CI Deployment Plan

The Cascadia Initiative Deployment Plan was developed by an NSF-supported community workshop held in Portland, Oregon in October, 2010. The workshop produced a series of recommendations to maximize the scientific return of the CI. The full workshop report can be found at CI Workshop Reports.

This page provides links to maps and data files for the Deployment Plan and outlines the procedure that CIET will follow when making significant changes to the deployment plan.

Data Files from 2010 Portland Meeting

Links to maps and stations locations that resulted from the Portland workshop are provided below. See the following pages for each year: 

Matlab files for each year:

  • Year 1
  • Year 2
  • Year 3
  • Year 4

Excel file with instrument depths:

    1.    Station locations are from Year 1
    2.    Depths are extracted from Sandwell’s latest 1-minute topography compilation: “topo_13.1.img”

Procedure for Modifying the Deployment Plan

The preliminary deployment plan developed at the 2010 Portland meeting will require modifications in order to take into account, for example, instrument availability, seafloor bathymetry and possible geo/bio-hazards (e.g., trawling, turbidity currents, etc.).

CIET will use the following procedure for making changes to the workshop-defined deployment plan:

  1. When circumstances, eg instrument availability, demand a change to the CI deployment plan, the CIET develops a new plan that remains as close to the original community plan as possible but accommodates the new circumstances.
  2. This plan is made available to community members with specific knowledge or interest relevant to the change for comment and suggestions.
  3. The CIET revises the plan accordingly and presents it to AASC (Amphibious Array Steering Committee).
  4. The AASC reviews the plan, makes suggestions/changes, and approves the modified plan.
  5. The modified plan is posted on the CIET website, at which point community wide input is welcome, within a time frame that is practical for reconsidering the design.

This procedure was discussed on by AASC on May 26, 2011 and approved.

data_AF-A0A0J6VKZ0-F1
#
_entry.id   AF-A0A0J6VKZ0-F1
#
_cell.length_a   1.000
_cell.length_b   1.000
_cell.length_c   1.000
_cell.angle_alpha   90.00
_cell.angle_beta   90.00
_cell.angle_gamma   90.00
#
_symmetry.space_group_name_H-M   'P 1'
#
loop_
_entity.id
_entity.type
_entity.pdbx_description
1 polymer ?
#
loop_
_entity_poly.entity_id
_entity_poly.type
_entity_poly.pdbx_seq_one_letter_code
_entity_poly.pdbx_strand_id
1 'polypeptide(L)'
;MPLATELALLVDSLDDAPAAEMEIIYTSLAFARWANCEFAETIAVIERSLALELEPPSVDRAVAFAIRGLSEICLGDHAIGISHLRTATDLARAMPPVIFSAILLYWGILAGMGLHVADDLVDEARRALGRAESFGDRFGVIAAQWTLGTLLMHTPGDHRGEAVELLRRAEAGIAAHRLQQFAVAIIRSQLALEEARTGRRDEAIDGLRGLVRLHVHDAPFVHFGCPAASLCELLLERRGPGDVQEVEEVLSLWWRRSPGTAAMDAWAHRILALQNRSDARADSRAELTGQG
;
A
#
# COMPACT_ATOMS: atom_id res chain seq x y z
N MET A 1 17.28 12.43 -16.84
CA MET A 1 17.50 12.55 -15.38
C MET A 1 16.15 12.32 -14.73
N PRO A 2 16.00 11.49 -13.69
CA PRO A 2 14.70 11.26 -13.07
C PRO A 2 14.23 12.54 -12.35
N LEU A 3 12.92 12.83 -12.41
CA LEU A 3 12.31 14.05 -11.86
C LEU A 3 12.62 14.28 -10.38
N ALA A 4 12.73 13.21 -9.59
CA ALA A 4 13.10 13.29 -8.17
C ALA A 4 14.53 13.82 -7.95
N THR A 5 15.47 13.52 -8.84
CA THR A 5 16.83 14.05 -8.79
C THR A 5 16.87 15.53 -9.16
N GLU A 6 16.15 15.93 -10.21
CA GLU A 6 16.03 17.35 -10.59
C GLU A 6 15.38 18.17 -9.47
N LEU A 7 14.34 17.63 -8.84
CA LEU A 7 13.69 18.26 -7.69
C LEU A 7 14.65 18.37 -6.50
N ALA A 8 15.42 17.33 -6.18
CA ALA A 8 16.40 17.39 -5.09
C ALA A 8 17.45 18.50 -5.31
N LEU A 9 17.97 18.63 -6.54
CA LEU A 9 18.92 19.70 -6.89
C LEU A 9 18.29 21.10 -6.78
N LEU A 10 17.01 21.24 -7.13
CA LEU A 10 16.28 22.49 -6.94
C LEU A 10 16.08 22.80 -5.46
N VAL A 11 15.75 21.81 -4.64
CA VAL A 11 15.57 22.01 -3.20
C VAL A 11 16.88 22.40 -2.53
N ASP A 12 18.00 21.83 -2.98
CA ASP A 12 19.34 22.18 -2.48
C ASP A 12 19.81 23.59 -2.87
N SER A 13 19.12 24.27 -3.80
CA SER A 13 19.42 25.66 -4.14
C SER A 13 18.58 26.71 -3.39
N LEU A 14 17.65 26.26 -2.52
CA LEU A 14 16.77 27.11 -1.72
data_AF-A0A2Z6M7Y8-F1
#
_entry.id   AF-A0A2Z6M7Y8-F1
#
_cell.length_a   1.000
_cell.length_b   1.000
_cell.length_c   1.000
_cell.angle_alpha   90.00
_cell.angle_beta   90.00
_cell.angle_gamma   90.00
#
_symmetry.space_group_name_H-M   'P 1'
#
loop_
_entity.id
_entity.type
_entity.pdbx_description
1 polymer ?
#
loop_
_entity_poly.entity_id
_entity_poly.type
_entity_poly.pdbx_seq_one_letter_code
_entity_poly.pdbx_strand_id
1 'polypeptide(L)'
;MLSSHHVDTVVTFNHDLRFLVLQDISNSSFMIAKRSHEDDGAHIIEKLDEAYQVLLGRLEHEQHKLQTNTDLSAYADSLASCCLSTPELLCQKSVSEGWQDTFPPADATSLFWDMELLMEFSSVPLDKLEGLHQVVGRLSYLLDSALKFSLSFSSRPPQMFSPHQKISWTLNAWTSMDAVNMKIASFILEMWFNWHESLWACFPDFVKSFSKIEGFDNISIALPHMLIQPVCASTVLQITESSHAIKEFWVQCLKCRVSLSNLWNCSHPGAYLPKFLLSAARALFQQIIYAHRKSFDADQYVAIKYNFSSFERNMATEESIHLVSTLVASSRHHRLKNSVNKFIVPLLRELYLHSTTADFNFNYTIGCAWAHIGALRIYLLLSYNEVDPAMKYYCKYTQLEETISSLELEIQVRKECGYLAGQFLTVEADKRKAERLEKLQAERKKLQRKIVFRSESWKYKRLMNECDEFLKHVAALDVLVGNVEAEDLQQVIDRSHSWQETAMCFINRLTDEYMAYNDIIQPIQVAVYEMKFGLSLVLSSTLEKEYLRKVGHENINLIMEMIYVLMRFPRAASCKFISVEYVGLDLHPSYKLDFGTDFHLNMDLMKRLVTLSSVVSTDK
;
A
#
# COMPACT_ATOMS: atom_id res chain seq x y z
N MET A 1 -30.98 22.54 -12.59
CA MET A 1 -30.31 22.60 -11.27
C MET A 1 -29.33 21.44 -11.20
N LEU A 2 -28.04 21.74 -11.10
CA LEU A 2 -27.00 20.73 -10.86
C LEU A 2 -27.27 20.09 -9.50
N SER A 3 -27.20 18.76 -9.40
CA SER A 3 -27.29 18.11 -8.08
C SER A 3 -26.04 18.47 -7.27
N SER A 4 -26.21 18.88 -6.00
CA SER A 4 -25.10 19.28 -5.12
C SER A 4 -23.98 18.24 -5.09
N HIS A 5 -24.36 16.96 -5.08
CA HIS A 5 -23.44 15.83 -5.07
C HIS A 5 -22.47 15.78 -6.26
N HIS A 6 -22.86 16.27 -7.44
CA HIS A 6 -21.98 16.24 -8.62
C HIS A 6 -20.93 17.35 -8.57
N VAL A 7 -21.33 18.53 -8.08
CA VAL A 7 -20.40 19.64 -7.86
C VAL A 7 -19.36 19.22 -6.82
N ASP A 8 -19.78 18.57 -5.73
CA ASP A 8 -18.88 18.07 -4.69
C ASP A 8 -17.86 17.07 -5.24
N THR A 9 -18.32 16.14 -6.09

Above are links to two documents on Cascadia trawling from Andrew Barclay. The first (Cascadia_OBS_and_trawling.pdf) is Andrew’s detailed summary of the issues and possible solutions based on his discussions last October with Scott McMullen of the Oregon Fishermen’s Cable Commission (OFCC) and Walt Waldorf (OSU). The second (trawl_report_2010.pdf) is a formal NOAA fisheries summary of 2010 trawling in the area.

I plan to contact Scott McMullen to establish a dialogue on the experiment and hopefully find out where known trawling hangs are in the area of interest for Cruise 1 (mostly the FA). Leaders of Cruise 2 & 3 should probably do likewise for their sites, or perhaps we should discuss a more coordinated approach? If so, Anne is the logical person to do the contacting (but I believe she’s out of the country for another week or two).

Also got the following notes from Andrew on these files:

“Also, for a very rough idea of trawling off Gray’s Harbor, Figure 1a of the second document indicates heaviest fishing along the 100 m contour. The boxes are 10km, and assuming tows are along-slope, then 10 km both sides of the 100 m contour have 29-265 tows, or one every 30-300 m. Assuming the trawl nets are 30 m across, then there is a 10-100% chance that the entire seafloor in the 20-km swath is trawled once per year. Better data (locations where nets are set and recovered) are available from the Pacfin database; I asked for access last fall but never got a reply and didn’t follow up.”